To set some ground, let's define the use case where this applies.We are talking about string matches, not regular expressions. In the case of liblognorm, we are also talking about exact string matches, and let me assume this for rsyslog's lookup table functionality as well (at least in "string" mode). Note that this may be extended, and should be no problem, but I have yet to properly evaluate the effect on the parse tree. So let's assume exact matches in this blog post. So basically, we have a set of strings and would like to see if there is an exact match (and pick up some value associated with that match). For example, we may have the strings "Berlin", "Boston", "Bogota" and "London". That example is obviously extremely simplified, yet it will help us understand.
Whenever we talk about time complexity, we need to make sure what exact n we are talking about. When it comes to matching values, n is usually the number of different values. In our example, this n would be four. Of course, one could also look at string lengths, as the length obviously influences the complexity of the comparison operation. Let's call this m, then in the above sample m would be six (length of longest string). If we take the unusual step to include that m, a linear list would have time complexity O(n*m), a binary tree O(log n*m) and rsyslog's parse tree O(m). HOWEVER, there usually is an upper bound on string length, and for that reason m is taken as a constant in almost all cases. By definition, it will then no longer be mention in O notation, and so we end up with the usual view that a linear list is O(n), a binary tree O(log n) ... and rsyslog's parse tree O(1).
This is possible because rsyslog's parse tree is based on the radix tree idea and kind of "compresses" the strings rather than including them in every node. The conceptual in-memory representation of a tree based on above values is as follows:
[root] - B --- O --- GOTA | | + --- STON | +---- ERLIN + ---- LONDON
As you can see, the tree is actually based on single characters that are different between the strings. So we do not have each string at the tree level, but only the rest of what is different. On this works a simple state machine. On a conceptual level, the search string is processed character by character, so each character represents a state transition. For obvious reasons, there can be only as many state transitions as there are characters inside the longest string. This is what we called m above. However, the number of different strings is totally irrelevant for the search, because it does not influence the number of state transitions required. That number is what we called n. So in conclusion, the time complexity is only depending on m, which is kind of constant. Consequently, we have O(1) complexity.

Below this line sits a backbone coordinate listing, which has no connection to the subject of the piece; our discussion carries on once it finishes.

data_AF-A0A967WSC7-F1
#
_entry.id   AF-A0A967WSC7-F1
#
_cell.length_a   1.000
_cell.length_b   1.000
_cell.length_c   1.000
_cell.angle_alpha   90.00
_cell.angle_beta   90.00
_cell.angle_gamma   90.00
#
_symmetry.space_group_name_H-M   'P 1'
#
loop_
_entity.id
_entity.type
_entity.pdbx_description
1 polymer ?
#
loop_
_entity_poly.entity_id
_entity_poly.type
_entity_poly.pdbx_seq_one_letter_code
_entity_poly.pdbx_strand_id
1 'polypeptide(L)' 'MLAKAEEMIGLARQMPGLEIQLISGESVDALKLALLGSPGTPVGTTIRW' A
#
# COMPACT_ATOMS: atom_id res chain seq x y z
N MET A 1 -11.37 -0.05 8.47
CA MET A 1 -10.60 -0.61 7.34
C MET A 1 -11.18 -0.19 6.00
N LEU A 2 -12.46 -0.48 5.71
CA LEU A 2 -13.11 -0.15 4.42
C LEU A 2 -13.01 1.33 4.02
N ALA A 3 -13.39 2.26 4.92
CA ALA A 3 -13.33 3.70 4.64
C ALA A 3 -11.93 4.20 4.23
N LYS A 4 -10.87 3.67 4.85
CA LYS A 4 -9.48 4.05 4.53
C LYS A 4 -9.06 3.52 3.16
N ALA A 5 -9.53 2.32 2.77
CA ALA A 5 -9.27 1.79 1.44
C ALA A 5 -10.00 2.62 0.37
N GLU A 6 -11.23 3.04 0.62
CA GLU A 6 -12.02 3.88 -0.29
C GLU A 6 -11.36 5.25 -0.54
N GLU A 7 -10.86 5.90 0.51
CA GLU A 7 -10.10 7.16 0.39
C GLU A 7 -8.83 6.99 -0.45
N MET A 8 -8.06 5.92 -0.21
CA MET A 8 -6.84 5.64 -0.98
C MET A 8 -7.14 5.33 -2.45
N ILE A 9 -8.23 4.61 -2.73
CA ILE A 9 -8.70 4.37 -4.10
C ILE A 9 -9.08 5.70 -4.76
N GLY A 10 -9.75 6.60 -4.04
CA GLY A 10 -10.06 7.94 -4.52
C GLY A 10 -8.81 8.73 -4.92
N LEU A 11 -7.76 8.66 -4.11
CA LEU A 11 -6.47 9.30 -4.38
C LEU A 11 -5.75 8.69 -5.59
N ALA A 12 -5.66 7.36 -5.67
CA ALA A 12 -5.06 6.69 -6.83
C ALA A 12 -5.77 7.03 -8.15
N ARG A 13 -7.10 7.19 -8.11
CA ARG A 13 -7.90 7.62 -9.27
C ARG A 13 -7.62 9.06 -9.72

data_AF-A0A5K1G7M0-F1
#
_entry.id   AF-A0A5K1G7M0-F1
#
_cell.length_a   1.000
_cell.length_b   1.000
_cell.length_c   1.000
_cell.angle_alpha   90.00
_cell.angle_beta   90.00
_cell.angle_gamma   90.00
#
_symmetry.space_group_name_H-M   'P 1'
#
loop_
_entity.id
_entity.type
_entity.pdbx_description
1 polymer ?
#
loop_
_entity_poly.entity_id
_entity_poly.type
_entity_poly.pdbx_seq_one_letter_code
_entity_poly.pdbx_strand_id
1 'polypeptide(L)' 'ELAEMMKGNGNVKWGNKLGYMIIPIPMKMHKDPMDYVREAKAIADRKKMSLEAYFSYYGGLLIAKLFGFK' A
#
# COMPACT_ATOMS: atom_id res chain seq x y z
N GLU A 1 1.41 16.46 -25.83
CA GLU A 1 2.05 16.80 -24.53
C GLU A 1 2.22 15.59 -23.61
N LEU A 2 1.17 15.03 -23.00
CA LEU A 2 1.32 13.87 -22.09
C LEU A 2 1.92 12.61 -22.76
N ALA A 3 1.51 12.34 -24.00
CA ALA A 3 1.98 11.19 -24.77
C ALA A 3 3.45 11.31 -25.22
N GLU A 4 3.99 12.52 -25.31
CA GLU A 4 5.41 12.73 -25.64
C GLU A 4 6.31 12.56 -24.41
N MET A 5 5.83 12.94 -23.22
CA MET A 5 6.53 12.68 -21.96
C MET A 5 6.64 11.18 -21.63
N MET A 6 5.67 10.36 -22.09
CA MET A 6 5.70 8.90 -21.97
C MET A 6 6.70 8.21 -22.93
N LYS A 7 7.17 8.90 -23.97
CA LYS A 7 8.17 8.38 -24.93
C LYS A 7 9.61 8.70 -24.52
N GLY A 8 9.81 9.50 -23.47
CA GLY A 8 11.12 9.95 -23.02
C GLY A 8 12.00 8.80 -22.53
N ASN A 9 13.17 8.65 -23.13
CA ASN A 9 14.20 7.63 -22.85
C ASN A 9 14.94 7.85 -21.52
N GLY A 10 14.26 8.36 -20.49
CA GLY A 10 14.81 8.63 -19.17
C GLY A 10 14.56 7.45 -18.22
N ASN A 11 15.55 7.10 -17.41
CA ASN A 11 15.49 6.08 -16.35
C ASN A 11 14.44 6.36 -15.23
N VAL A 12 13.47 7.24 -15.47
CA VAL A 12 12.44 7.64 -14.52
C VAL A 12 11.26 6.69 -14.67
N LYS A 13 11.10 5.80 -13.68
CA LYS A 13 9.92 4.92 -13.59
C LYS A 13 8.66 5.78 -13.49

Just to stress the point once again: we do not iterate over the individual strings in a tree-like manner, instead we iterate over the index string characters themselves. This creates a very broad and shallow tree, even for a large number of index values.
On real hardware, the number of strings of course has some slight effect, especially when it comes to cache hit performance. While a small tree may fit into the available cache, a much larger tree obviously will not. However, from a theoretical point of view, this does not matter, we still have constant time for the lookup. From a practical perspective, this also does not matter so much: any larger tree will have a larger memory requirement and thus a lower cache hit rate. In fact, rsyslog's parse tree will probably perform better because of its compressed structure, which makes cache presence of at least top-level elements more likely.
For rsyslog, that's all I need to tell. For liblognorm, the story is a bit longer. It is only "almost" O(1). While the string matches themselves can be carried out in constant time, liblognorm also supports parsers to pull out specific parts of a log message. The current parsers are all O(1) as well, so this does not change the picture. However, state transitions involving a parser are no longer simple operations where the transition is immediately clear. If, for a given prefix, multiple parsers may apply, liblognorm must iterate through them until a matching one is found. This is no longer O(1), but depends on the number of parsers. Of course, we can claim that the number of parsers is still a (even small) constant, and so we can still say all of this is O(1) without violating the definition. While this is true, there unfortunately comes another complexity with parsers: With constant string, backtracking is never required, as we immediately know the exact state transition. With parsers, we have dynamic elements, and later text matches may turn out to be a non-match. In that case, we need to go back to parser detection and see if another parser also fits. If so, we need to give it a try and need to re-evaluate the parse tree from that point on. This process is called backtracking and can ruin the runtime to become as worse as O(n^2), just like regular expressions. Obviously, the problem exists primarily of very generic parsers are used, like "word". If, for example, parsers as specific as IPv4 are used, there is no chance for more than one parser matching. So the problem cannot occur. This is also why I caution against using too-generic parsers. Thankfully, very generic parsers are not used too frequently, and so we usually do not see this problem in practice. This is why I call liblognorm to be "almost" O(1), even though it may degrade to O(n^2) in extreme cases. Heuristically said, these extreme cases will not occur in practice.
The rsyslog parse tree does not use parsers inside the parse tree, just the fixed state transitions. As such, it actually is O(1). Oh, and yes: we should probably call the rsyslog "parse tree" better a "lookup tree" or "search tree" but for historical reasons it currently is named the way it is...